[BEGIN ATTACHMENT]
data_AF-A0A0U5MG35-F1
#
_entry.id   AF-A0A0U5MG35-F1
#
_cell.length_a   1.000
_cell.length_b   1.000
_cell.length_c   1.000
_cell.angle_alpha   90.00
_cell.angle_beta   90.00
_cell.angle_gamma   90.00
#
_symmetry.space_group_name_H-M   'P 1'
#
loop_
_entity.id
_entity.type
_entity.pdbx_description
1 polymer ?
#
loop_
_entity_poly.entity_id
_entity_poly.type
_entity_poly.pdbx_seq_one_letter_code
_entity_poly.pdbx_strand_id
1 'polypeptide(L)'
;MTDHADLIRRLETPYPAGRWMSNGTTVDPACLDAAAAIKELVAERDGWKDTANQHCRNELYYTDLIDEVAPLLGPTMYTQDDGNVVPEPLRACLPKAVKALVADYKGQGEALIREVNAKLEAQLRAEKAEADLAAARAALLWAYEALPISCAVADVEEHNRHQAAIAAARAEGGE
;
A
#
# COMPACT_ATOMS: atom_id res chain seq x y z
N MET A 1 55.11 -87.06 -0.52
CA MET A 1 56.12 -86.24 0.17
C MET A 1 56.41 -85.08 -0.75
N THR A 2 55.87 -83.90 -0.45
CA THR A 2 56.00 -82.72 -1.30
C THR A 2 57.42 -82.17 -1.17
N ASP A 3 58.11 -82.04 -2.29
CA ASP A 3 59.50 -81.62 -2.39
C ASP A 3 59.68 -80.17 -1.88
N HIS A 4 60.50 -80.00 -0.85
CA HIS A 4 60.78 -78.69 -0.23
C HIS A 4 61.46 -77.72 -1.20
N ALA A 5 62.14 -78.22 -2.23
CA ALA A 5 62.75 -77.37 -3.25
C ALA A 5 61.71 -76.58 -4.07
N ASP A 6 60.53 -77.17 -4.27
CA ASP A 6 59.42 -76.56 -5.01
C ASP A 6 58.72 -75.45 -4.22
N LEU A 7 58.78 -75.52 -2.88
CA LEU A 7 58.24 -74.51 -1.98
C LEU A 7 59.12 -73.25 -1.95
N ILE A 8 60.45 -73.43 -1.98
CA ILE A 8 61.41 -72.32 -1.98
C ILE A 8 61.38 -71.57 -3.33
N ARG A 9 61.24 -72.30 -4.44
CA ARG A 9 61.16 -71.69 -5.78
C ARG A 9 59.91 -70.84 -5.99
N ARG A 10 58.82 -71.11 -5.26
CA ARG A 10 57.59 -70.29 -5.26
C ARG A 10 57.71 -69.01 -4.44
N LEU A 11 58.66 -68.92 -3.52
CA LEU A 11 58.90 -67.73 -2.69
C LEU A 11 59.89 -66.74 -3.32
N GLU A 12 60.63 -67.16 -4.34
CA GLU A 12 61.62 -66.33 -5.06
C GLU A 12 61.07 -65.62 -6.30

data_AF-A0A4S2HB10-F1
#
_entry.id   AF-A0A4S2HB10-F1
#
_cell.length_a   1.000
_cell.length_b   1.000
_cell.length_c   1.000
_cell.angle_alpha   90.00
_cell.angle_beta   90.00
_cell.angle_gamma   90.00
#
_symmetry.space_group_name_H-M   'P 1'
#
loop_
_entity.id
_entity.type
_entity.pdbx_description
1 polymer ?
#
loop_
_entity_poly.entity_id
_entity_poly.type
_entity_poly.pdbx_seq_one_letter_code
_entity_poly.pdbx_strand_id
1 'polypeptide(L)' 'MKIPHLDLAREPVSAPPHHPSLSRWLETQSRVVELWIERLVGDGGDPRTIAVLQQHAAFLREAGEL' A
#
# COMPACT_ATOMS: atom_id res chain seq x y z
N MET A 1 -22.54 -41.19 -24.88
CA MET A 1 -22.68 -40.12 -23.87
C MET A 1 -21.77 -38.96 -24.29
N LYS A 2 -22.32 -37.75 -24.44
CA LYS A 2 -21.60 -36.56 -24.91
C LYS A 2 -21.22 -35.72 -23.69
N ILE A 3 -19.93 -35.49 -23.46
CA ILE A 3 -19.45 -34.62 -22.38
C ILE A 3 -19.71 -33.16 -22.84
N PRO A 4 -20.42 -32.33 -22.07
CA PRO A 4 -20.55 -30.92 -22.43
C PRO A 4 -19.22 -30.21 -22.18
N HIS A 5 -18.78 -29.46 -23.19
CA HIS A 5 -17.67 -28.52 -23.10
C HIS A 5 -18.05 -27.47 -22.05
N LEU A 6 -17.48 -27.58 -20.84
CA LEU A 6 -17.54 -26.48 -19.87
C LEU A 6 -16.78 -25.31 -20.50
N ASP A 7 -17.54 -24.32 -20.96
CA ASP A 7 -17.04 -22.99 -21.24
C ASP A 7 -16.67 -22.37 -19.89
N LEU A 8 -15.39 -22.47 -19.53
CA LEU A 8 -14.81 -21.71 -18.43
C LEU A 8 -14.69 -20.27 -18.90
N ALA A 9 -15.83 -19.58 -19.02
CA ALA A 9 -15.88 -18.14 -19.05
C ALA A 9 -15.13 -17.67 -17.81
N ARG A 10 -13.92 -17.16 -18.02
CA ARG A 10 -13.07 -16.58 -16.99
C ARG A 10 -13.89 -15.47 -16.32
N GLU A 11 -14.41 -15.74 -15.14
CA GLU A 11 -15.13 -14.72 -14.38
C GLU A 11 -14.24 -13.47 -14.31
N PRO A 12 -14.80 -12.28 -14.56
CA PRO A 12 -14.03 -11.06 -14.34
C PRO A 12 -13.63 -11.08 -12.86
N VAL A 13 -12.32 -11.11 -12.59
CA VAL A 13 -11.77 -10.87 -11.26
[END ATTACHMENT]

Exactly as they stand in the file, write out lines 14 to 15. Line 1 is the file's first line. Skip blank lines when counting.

loop_
_entity.id